Robby Robinson to Michael Phelps

The Black Prince Reaches Out to the Olympic Swimming Champion

By Robby Robinson

Dear Michael,

Congratulations on your Olympic sweep. Your athleticism was truly awe-inspiring to watch. I asked my friend Joe Pietaro at MuscleSport Mag and New York Sportscene magazine to forward this letter to you.

When I learned of your 12,000 empty calorie eating regime, I became concerned not only about your health and longevity as an athlete, but also about the billions of people around the world that you are now in a position to influence. It wasn’t so much the quantity of calories that was a shock, as their quality. One can argue that your diet has worked for you so far, but your short-term choices can lead to serious long-term consequences. Massive quantities of refined carbohydrates at one sitting trigger the pancreas to excrete an over-abundance of insulin, creating the possibility of becoming a diabetic. And while fats in your meals will help slow that reaction a bit, your fats, from what I read, are all saturated. They will deposit in your arteries and give you high cholesterol. Being an athlete does not negate the effect of these foods, but being young allows you to get away with it for now.

Look at Mark Spitz, who has attested to having had a spicy, high fat diet, and who now has high cholesterol. What good is $50-million-and-counting if you are unhealthy? In all the publicity outlining your program, I have also heard nothing about your water consumption. Water is the vehicle that drives nutrients into your muscles. The performance of muscles and their resistance to injury is absolutely dependent upon the quality and quantity of water consumed. Don’t count the cups of coffee I heard you drink as water. Having been an athlete all my life, and spending 27 as professional bodybuilder, I‘ve seen too many athletes in ALL sports wind up with health problems.

Determined not to end up that way myself, I studied everything I could find on nutrition and dietary supplements to ensure my health down the road. Now at 62 and in the best shape of my life, I feel it my obligation of giving you some unsolicited advice.

Michael, if you had more complex carbohydrates with fiber, swapped in good fats like nuts, avocado, essential fatty acids like flaxseed oil and fish oil and spread your meals out into smaller ones, you would have just as much energy, but with better recovery and staying power in those last-day-events. A calorie is not just a calorie. Food, along with dietary supplements and hard work, is the fuel that propels your body into a natural anabolic state, in other words, a fat burning, muscle-building mode. Otherwise, you’re breaking your body down.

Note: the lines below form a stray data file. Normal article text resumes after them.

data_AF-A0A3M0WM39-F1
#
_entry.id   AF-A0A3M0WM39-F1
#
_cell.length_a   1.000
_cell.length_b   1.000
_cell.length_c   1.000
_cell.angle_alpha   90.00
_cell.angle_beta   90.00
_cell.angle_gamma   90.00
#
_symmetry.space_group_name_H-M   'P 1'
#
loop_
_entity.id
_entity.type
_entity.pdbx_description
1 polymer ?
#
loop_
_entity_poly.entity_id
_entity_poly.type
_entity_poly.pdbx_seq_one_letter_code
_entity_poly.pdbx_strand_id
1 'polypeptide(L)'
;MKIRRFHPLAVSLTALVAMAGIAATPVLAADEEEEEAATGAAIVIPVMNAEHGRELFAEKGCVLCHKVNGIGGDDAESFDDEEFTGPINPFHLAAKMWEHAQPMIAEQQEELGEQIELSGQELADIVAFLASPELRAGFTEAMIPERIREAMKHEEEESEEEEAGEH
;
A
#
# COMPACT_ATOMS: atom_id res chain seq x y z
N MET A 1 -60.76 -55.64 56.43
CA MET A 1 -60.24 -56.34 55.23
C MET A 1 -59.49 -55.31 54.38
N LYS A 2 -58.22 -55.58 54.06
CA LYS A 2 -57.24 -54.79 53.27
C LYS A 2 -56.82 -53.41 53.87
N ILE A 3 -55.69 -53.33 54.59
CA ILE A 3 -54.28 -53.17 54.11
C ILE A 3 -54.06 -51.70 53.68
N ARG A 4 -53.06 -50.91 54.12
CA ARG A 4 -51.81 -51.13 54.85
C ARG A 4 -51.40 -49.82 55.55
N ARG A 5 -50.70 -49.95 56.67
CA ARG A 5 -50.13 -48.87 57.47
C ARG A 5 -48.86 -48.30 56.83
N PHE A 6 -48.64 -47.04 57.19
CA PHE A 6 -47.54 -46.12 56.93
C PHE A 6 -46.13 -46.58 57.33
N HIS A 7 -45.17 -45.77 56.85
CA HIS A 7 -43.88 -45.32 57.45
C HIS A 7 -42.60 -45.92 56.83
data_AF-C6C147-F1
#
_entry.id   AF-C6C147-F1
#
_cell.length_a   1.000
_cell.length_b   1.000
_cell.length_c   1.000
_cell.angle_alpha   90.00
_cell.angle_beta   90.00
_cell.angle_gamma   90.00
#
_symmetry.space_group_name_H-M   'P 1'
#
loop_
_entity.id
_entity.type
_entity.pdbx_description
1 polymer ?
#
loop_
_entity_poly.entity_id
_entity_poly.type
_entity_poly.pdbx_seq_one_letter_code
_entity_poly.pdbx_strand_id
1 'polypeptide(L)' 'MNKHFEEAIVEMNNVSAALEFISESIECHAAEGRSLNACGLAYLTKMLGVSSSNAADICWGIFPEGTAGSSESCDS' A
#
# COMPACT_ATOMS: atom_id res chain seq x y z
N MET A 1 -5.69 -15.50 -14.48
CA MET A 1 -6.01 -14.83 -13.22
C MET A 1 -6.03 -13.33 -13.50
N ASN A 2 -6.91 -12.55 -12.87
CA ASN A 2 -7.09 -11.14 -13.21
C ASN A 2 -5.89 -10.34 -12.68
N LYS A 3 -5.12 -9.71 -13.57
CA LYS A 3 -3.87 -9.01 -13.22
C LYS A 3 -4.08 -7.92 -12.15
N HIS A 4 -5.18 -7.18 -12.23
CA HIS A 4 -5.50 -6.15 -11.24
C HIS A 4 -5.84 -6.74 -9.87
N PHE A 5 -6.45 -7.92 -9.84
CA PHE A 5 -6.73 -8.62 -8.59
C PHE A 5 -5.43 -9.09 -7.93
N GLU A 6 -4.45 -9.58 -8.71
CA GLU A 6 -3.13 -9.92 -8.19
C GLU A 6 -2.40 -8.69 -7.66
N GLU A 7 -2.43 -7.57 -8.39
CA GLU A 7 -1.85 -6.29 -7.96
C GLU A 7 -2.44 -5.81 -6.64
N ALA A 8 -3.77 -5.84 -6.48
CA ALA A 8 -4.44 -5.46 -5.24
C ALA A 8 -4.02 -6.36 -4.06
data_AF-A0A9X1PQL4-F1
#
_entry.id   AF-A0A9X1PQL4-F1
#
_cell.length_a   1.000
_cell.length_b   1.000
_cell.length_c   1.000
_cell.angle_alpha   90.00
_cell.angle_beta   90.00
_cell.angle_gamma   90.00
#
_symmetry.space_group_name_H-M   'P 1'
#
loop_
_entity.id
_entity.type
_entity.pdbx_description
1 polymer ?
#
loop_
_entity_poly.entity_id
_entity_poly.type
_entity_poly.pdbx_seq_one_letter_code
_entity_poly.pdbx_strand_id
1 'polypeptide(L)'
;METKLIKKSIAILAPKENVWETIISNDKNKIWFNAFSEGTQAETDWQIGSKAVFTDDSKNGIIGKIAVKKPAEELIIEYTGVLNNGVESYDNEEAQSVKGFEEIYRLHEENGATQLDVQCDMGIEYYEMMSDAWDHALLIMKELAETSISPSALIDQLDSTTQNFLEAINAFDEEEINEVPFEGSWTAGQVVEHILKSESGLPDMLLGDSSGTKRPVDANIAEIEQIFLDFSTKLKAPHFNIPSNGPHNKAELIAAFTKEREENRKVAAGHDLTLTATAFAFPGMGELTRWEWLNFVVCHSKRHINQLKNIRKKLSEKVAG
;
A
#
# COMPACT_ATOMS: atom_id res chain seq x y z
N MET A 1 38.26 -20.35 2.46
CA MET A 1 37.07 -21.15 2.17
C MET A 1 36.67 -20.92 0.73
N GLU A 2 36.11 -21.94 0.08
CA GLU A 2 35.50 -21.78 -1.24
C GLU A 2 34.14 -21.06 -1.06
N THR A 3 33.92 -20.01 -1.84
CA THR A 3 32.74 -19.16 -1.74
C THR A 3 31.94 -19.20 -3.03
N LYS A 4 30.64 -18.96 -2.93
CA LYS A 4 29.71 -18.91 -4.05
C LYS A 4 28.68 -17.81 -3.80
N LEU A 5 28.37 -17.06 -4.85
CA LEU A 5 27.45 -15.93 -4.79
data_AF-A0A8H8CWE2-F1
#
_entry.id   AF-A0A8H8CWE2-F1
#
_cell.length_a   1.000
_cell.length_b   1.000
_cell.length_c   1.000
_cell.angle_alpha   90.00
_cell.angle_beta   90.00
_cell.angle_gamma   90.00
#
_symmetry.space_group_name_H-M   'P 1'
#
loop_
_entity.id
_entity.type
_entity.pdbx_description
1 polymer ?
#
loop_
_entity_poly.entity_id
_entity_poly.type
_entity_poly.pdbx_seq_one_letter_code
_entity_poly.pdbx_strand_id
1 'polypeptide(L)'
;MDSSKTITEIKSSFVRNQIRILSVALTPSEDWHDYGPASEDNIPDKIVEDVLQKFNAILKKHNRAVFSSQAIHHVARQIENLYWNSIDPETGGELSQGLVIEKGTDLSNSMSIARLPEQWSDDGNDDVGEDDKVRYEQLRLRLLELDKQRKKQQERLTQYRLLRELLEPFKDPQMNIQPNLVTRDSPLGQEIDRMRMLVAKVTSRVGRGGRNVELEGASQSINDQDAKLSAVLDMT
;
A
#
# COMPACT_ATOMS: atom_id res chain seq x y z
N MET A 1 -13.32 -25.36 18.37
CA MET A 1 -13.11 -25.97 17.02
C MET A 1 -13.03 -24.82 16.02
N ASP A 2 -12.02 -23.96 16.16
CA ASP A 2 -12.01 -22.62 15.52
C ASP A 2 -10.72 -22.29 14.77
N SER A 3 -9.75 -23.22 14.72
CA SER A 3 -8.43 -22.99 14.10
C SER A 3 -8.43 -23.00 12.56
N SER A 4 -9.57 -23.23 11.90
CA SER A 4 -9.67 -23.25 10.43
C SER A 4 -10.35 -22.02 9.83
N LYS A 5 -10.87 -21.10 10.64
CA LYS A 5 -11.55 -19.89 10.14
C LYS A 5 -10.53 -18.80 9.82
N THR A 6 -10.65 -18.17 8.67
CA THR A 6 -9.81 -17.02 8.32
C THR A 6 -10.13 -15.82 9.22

Tyson Gay can now testify to breaking down after consuming McDonald’s for much of his 29 years. When he pulled up lame in the 200 meters, I knew he was done for. His bad choices have resulted in broken dreams. His coach Jon Drummond should have known better and condemned the bad eating habits. Hopefully, he can learn how to turn his failure into something positive by making changes. I believe I speak for the whole world in saying we would love to see you both in four years at the London Olympic games.

Please don’t let your ego lead you into believing you are superhuman, and that being called an American Hero, without being a role model, has meaning. The Boys and Girls Club that you support needs role models that will help them in their programs combating childhood obesity. Their 4.8 million kids need guidance in the sea of misinformation on nutrition. Endorsing McDonald’s and Kellogg’s Frosted Flakes is undoubtedly the wrong message to send kids and athletes who look for leadership by example.

Best Regards, Robby Robinson

Robby Robinson won the IFBB Mr. America, Mr. World, and Mr. Universe titles on his way becoming one of the most dominant professional bodybuilders of the 1970s. During his high school years, Robinson excelled as a track star and football player, setting numerous track and field records that have yet to be broken at a high school level. He competed in over 60 competitions over a 27-year span and was the Masters Olympia overall champion, beating Lou Ferrigno, the first year that the event was held in 1994. Working in Los Angeles with young athletes, Robby and associate Arden Nutt have currently used these principles to help swimmer Andi Murez make the Junior National Team. Visit his blog at